On the other hand, why should one consider only standard gauge theories. There are other field theories one could associate with exceptional algebras, like conformal fixed points or non-critical tensionless strings. And indeed, by tuning singularities in string compactifications one can obtain not just standard QFT's in the low energy limit but also strange theories.
     
    Last edited: Aug 5, 2010
  14. Aug 5, 2010 #13

    tom.stoer

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    This is just the situation is string theory; I understand.

    Yes, this is what I am asking; why is such a theory sick?

    I mean - yes - you would create infinitly many massless degrees of freedom, but perhaps you can generate infinitly many constraints as well and get rid of some degrees of freedom; look at the center symmetric phase in QCD where the theory somehow reduces itself to the center of the gauge group (don't take this too literally :-)
     
  15. Aug 5, 2010 #14
    Well a theory with infinitely many massless gauge fields seems a bit pathological, isnt it .... It isn't exactly what one would aim for when trying to describe the standard model...but indeed, anyone is cordially invited to study such theories ;-) Putting constraints to remove the infinitely many states seems like going back to a well-defined starting point, which one could have chosen to start with in the first place.

    No one can exclude the logical possiblity that our world corresponds to some very non-standard QFT (non-critical strings, conformal fixed points) with exotic properties, whose IR limit looks for some reason as the standard model. The question is how well-motivated such ideas are, usually the "anything goes" approach doesn't lead to anywhere.
     
  16. Aug 5, 2010 #15

    MTd2

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    So, there is no gauge theory that cannot be described by string theory at some limit, right?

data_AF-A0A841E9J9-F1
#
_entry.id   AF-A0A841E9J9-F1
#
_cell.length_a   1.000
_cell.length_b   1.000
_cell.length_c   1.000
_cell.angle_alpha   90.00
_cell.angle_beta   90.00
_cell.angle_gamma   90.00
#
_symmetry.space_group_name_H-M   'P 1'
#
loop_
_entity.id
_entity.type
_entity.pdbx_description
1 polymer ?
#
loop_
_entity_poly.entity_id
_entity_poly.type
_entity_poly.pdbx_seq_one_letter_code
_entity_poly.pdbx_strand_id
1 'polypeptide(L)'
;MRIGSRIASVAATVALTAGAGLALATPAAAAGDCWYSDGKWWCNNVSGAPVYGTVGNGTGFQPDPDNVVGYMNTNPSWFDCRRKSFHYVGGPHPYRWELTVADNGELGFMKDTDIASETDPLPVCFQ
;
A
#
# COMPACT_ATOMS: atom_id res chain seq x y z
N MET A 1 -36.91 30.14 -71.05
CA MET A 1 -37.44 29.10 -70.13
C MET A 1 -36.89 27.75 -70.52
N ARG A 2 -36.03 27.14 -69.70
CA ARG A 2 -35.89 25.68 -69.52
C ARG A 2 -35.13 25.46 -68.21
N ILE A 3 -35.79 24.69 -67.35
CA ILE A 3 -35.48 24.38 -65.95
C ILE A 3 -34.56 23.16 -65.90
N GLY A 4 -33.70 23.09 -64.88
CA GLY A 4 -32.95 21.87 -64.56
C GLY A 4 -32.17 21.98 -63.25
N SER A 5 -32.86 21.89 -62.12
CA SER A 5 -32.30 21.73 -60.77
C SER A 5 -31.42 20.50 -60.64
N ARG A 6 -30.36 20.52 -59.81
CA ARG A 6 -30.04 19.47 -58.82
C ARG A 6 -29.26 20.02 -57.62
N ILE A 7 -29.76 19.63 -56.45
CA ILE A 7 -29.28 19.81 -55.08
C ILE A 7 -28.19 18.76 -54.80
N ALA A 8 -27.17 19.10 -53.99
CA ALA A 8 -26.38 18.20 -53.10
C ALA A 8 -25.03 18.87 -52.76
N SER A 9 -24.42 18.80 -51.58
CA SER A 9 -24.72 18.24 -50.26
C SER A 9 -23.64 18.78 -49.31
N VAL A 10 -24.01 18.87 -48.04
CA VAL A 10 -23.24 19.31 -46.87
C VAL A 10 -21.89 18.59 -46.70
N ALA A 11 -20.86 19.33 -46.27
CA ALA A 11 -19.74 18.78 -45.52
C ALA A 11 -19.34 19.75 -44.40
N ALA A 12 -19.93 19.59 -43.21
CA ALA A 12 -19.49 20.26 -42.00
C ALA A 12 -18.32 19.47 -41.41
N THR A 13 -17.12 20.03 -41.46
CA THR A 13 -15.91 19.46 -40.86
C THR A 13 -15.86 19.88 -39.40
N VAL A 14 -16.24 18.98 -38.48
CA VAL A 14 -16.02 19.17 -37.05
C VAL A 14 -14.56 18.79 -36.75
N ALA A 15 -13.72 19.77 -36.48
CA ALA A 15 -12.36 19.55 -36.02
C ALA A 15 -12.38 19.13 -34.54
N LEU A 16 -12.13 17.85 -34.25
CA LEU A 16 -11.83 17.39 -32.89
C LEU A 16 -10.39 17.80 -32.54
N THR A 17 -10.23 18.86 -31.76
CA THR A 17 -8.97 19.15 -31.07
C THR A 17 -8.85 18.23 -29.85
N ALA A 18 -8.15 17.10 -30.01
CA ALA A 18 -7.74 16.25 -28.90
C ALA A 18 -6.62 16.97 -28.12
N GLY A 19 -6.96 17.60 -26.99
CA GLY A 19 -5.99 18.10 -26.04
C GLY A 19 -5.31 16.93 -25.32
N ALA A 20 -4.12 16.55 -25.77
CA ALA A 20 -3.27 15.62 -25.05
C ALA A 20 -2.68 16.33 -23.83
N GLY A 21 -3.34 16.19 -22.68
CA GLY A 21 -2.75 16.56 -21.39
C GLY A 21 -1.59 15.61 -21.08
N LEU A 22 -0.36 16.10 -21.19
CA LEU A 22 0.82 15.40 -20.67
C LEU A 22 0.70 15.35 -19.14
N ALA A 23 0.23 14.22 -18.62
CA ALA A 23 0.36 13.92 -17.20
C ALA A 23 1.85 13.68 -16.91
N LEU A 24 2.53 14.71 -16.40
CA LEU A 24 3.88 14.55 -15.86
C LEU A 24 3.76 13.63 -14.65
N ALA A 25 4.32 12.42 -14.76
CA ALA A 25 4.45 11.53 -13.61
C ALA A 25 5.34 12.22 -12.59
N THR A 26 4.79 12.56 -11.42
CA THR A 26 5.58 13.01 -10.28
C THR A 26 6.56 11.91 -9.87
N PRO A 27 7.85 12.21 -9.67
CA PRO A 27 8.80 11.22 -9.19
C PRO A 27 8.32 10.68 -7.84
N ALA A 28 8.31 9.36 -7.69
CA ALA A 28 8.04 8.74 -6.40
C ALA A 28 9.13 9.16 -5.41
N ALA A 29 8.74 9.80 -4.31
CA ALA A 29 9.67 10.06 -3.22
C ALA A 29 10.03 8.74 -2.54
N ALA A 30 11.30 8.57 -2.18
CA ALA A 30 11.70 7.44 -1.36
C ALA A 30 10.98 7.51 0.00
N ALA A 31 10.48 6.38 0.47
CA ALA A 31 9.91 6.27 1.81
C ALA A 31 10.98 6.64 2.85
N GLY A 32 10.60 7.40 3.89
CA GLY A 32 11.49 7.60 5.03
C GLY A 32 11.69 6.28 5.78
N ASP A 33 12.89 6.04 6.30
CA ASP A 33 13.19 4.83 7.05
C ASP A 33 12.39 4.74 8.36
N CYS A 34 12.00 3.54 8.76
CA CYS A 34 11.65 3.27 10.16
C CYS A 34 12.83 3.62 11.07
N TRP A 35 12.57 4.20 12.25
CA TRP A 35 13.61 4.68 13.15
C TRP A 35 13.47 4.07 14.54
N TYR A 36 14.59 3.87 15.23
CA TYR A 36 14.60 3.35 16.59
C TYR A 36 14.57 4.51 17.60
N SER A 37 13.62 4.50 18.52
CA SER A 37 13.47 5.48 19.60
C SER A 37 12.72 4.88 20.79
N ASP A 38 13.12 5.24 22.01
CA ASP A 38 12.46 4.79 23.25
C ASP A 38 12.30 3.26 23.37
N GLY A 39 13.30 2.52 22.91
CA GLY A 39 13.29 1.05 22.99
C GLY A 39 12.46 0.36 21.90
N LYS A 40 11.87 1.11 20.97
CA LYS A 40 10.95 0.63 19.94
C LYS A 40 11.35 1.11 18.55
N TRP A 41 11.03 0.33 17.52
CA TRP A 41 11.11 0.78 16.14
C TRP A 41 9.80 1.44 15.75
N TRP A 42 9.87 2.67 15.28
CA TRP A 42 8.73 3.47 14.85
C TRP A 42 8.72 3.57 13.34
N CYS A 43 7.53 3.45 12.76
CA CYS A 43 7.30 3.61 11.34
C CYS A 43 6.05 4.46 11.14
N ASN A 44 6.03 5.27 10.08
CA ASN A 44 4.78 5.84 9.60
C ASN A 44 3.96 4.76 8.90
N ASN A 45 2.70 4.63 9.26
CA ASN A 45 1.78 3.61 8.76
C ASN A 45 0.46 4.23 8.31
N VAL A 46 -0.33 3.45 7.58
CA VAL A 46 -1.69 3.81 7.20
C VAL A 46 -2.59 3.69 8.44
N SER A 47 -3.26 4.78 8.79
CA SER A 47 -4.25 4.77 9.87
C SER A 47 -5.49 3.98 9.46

17. Aug 5, 2010 #16

    tom.stoer

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    This is the swampland-discussion.
     
  18. Aug 5, 2010 #17

    MTd2

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    But humanino said it could accomodate for any SU(N)...
     
  19. Aug 5, 2010 #18
    I have not read about those in a while, but I do remember explicit brane stacking constructions of SU(N) were consistent. I should check when I come home, but it seem to me this is also in Zwiebach's book.
     
  20. Aug 5, 2010 #19


    Read carefully what was written … if you decouple gravity, for example if you consider the gauge theory that is seen by placing yourself on the world-volume of a stack of D-branes, then arbitrary N is possible. This is also what the usualy AdS/CFT correspondance is talking about. It is what I called a "non-compact compactification" (well I admit this can't be understood without lots of explanations).

    The question is whether you can do this in the full theory including gravity. And the anser seems no. You can't put an arbitrary number of branes or fluxes in the theory because in a true "compact" compactification, the flux must go somewhere. This is a "global" constraint that ultimately arises when you like to consistently couple the theory to gravity.

    So these stacks on N D-branes that are seen everywhere are to be seen as models for gauge theories only, where one pretends as if there wouldn't be any constraint coming from the coupling to gravity. These constraints are global in the sense that you can't see them by just looking locally to your stack of D-branes. Unfortunately you won't find such subtleties in introductory texts.


    And indeed, all these questions touch right at the heart of the swampland problem.
     
  21. Aug 5, 2010 #20

    MTd2

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    What I have in mind is an extra force, not just getting an SU(N). Forget about gravity now. So, in fact I am saying

    Standard Model X SU(N).

    Well, one second thing. A standard model X SU(N), coupled with gravity, what would be the smallest N to fall inside the swampland?